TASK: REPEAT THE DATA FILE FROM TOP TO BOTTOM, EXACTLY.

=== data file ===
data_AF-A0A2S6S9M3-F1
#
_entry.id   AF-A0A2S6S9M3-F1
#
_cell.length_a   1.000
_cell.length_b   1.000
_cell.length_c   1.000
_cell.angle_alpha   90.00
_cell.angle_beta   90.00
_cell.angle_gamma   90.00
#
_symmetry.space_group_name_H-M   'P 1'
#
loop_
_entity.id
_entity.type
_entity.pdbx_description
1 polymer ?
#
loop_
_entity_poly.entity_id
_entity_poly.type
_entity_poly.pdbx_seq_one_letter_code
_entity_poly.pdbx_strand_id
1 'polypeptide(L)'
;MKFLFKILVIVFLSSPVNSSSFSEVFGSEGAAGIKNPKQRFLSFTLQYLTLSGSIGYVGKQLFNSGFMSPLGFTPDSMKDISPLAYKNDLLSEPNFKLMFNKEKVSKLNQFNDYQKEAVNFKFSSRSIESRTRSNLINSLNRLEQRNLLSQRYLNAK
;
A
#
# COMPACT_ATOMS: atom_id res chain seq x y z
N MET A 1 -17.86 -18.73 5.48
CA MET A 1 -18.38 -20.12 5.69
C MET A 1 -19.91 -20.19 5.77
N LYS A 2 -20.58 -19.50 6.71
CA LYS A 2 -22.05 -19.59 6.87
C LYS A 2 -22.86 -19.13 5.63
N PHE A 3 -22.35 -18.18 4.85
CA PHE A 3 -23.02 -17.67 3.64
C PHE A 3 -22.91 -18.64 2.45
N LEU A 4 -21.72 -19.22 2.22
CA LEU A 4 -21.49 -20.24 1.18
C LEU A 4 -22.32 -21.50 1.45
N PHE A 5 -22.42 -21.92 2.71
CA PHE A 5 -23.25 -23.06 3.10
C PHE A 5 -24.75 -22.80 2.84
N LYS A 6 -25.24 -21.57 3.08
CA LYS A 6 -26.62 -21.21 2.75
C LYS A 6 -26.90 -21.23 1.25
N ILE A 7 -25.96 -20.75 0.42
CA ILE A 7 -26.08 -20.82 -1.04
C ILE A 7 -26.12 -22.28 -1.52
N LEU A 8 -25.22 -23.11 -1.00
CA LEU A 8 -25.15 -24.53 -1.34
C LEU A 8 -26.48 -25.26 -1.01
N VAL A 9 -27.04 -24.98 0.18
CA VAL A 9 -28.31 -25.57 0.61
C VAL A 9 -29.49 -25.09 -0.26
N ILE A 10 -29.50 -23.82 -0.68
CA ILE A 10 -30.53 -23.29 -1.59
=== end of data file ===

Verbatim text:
data_AF-A0A2S6S9M3-F1
#
_entry.id   AF-A0A2S6S9M3-F1
#
_cell.length_a   1.000
_cell.length_b   1.000
_cell.length_c   1.000
_cell.angle_alpha   90.00
_cell.angle_beta   90.00
_cell.angle_gamma   90.00
#
_symmetry.space_group_name_H-M   'P 1'
#
loop_
_entity.id
_entity.type
_entity.pdbx_description
1 polymer ?
#
loop_
_entity_poly.entity_id
_entity_poly.type
_entity_poly.pdbx_seq_one_letter_code
_entity_poly.pdbx_strand_id
1 'polypeptide(L)'
;MKFLFKILVIVFLSSPVNSSSFSEVFGSEGAAGIKNPKQRFLSFTLQYLTLSGSIGYVGKQLFNSGFMSPLGFTPDSMKDISPLAYKNDLLSEPNFKLMFNKEKVSKLNQFNDYQKEAVNFKFSSRSIESRTRSNLINSLNRLEQRNLLSQRYLNAK
;
A
#
# COMPACT_ATOMS: atom_id res chain seq x y z
N MET A 1 -17.86 -18.73 5.48
CA MET A 1 -18.38 -20.12 5.69
C MET A 1 -19.91 -20.19 5.77
N LYS A 2 -20.58 -19.50 6.71
CA LYS A 2 -22.05 -19.59 6.87
C LYS A 2 -22.86 -19.13 5.63
N PHE A 3 -22.35 -18.18 4.85
CA PHE A 3 -23.02 -17.67 3.64
C PHE A 3 -22.91 -18.64 2.45
N LEU A 4 -21.72 -19.22 2.22
CA LEU A 4 -21.49 -20.24 1.18
C LEU A 4 -22.32 -21.50 1.45
N PHE A 5 -22.42 -21.92 2.71
CA PHE A 5 -23.25 -23.06 3.10
C PHE A 5 -24.75 -22.80 2.84
N LYS A 6 -25.24 -21.57 3.08
CA LYS A 6 -26.62 -21.21 2.75
C LYS A 6 -26.90 -21.23 1.25
N ILE A 7 -25.96 -20.75 0.42
CA ILE A 7 -26.08 -20.82 -1.04
C ILE A 7 -26.12 -22.28 -1.52
N LEU A 8 -25.22 -23.11 -1.00
CA LEU A 8 -25.15 -24.53 -1.34
C LEU A 8 -26.48 -25.26 -1.01
N VAL A 9 -27.04 -24.98 0.18
CA VAL A 9 -28.31 -25.57 0.61
C VAL A 9 -29.49 -25.09 -0.26
N ILE A 10 -29.50 -23.82 -0.68
CA ILE A 10 -30.53 -23.29 -1.59